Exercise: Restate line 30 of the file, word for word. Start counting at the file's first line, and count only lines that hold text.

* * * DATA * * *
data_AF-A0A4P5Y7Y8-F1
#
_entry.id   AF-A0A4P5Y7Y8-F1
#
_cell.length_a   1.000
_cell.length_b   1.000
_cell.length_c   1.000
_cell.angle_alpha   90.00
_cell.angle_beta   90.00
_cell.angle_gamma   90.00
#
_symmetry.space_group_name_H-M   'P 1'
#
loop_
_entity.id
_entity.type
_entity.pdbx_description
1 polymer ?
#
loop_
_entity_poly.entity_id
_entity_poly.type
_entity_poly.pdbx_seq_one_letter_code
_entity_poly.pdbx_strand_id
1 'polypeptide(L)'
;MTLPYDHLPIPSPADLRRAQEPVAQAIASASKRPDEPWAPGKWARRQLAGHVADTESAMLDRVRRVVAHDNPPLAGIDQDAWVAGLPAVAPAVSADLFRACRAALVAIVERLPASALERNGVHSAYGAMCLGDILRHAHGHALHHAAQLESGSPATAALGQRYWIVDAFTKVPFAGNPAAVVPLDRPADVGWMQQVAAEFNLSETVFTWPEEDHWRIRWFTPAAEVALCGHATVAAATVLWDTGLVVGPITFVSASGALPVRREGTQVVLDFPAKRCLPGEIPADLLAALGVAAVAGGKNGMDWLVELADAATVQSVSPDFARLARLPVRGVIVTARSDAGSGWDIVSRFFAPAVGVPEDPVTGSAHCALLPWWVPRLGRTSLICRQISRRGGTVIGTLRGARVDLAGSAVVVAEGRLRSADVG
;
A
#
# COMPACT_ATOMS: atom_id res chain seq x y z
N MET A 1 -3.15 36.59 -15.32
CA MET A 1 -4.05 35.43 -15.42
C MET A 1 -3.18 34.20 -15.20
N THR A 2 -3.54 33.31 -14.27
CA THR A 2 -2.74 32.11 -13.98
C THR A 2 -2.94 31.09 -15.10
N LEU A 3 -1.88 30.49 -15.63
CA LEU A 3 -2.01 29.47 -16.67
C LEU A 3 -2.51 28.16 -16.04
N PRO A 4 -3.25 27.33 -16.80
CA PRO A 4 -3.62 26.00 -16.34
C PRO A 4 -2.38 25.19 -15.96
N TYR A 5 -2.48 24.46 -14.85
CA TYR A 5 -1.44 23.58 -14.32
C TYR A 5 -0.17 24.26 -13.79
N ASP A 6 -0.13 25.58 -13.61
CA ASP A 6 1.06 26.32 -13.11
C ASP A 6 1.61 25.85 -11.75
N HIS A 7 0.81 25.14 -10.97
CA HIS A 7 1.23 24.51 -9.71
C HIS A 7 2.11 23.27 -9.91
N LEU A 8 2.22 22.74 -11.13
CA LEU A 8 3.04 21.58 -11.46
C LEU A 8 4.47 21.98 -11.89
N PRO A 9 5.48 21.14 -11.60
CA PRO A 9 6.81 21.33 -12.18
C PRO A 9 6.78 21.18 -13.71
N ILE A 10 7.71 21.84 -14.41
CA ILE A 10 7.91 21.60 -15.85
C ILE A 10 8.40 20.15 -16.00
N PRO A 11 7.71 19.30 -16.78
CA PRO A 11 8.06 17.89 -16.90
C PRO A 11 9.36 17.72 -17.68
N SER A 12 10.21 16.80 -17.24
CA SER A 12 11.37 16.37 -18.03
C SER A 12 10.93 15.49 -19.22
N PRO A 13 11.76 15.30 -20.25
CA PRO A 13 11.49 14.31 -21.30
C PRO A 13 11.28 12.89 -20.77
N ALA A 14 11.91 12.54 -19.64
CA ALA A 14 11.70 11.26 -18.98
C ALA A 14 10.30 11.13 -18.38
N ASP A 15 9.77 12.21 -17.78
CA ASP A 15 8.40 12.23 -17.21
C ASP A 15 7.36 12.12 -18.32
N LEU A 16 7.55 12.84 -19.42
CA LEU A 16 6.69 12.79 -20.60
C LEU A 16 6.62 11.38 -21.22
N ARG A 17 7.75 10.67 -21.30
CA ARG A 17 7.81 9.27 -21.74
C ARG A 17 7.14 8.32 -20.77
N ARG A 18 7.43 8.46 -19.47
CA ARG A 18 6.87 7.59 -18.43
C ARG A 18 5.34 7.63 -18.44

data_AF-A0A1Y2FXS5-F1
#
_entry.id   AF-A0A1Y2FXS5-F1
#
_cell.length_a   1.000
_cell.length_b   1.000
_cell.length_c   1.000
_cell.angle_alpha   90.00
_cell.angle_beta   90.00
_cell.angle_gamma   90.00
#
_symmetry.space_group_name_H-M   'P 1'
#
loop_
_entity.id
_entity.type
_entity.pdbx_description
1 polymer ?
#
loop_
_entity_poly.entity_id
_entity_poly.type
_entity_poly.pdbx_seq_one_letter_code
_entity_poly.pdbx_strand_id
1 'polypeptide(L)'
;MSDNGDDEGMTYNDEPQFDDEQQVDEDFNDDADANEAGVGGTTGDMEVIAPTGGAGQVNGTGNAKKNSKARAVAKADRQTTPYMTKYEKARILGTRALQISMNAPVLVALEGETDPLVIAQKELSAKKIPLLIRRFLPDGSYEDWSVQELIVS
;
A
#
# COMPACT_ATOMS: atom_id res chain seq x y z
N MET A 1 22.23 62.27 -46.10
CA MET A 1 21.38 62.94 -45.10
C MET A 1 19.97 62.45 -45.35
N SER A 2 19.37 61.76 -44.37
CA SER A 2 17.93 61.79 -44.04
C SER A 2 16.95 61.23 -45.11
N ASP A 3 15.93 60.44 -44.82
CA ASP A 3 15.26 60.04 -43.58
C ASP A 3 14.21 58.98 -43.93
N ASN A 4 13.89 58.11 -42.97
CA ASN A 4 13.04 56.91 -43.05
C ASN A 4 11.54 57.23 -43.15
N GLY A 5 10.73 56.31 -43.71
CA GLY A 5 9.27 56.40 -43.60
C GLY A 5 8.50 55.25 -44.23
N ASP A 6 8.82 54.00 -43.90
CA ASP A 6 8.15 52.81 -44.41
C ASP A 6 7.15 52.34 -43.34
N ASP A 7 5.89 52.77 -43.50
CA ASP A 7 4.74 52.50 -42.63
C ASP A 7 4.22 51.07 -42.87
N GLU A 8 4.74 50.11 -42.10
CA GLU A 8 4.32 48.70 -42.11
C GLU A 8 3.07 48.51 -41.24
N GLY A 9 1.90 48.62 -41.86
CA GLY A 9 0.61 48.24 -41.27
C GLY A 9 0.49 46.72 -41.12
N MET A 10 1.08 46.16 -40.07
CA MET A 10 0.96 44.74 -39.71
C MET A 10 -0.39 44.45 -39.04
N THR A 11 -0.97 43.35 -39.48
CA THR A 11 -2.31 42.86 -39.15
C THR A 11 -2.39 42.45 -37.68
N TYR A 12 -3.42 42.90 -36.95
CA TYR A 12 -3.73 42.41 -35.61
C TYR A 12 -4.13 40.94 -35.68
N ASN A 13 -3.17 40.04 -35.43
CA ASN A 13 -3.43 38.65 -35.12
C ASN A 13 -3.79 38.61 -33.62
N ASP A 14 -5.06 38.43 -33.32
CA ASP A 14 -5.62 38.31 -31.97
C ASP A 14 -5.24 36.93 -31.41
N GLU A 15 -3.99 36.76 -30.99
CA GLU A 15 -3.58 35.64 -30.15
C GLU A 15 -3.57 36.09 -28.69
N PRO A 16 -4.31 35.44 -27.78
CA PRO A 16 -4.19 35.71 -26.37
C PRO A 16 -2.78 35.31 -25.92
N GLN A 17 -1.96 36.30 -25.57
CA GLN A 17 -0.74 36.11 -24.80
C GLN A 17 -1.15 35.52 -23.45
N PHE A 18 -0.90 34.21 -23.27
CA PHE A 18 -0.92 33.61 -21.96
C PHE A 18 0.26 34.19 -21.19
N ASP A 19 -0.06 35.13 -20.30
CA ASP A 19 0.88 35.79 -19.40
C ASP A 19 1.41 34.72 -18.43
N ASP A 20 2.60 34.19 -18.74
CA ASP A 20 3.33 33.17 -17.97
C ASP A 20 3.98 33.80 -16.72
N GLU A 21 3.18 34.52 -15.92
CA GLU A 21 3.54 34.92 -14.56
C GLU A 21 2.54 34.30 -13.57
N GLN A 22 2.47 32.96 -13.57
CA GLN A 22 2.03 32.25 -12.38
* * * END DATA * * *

# COMPACT_ATOMS: atom_id res chain seq x y z